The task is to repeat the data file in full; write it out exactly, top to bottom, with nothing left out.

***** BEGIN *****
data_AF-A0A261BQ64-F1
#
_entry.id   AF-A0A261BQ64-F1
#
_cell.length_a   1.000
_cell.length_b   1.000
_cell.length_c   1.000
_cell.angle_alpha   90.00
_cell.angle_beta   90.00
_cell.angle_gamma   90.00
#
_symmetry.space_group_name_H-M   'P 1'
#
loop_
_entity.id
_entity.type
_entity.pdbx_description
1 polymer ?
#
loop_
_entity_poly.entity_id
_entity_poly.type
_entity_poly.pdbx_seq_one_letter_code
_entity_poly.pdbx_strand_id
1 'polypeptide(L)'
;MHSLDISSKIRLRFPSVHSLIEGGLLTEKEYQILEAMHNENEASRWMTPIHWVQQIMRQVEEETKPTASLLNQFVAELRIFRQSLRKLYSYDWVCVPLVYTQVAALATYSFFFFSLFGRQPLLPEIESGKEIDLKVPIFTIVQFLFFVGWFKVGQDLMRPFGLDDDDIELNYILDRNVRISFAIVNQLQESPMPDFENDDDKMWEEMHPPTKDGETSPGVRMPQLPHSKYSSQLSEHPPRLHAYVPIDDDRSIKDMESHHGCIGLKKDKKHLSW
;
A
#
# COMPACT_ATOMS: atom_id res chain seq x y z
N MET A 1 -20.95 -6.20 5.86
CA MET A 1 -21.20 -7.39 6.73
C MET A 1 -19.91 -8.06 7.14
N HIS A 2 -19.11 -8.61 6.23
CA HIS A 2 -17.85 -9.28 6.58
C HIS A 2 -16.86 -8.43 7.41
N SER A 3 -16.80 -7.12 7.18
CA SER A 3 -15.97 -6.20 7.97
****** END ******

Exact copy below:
data_AF-A0A261BQ64-F1
#
_entry.id   AF-A0A261BQ64-F1
#
_cell.length_a   1.000
_cell.length_b   1.000
_cell.length_c   1.000
_cell.angle_alpha   90.00
_cell.angle_beta   90.00
_cell.angle_gamma   90.00
#
_symmetry.space_group_name_H-M   'P 1'
#
loop_
_entity.id
_entity.type
_entity.pdbx_description
1 polymer ?
#
loop_
_entity_poly.entity_id
_entity_poly.type
_entity_poly.pdbx_seq_one_letter_code
_entity_poly.pdbx_strand_id
1 'polypeptide(L)'
;MHSLDISSKIRLRFPSVHSLIEGGLLTEKEYQILEAMHNENEASRWMTPIHWVQQIMRQVEEETKPTASLLNQFVAELRIFRQSLRKLYSYDWVCVPLVYTQVAALATYSFFFFSLFGRQPLLPEIESGKEIDLKVPIFTIVQFLFFVGWFKVGQDLMRPFGLDDDDIELNYILDRNVRISFAIVNQLQESPMPDFENDDDKMWEEMHPPTKDGETSPGVRMPQLPHSKYSSQLSEHPPRLHAYVPIDDDRSIKDMESHHGCIGLKKDKKHLSW
;
A
#
# COMPACT_ATOMS: atom_id res chain seq x y z
N MET A 1 -20.95 -6.20 5.86
CA MET A 1 -21.20 -7.39 6.73
C MET A 1 -19.91 -8.06 7.14
N HIS A 2 -19.11 -8.61 6.23
CA HIS A 2 -17.85 -9.28 6.58
C HIS A 2 -16.86 -8.43 7.41
N SER A 3 -16.80 -7.12 7.18
CA SER A 3 -15.97 -6.20 7.97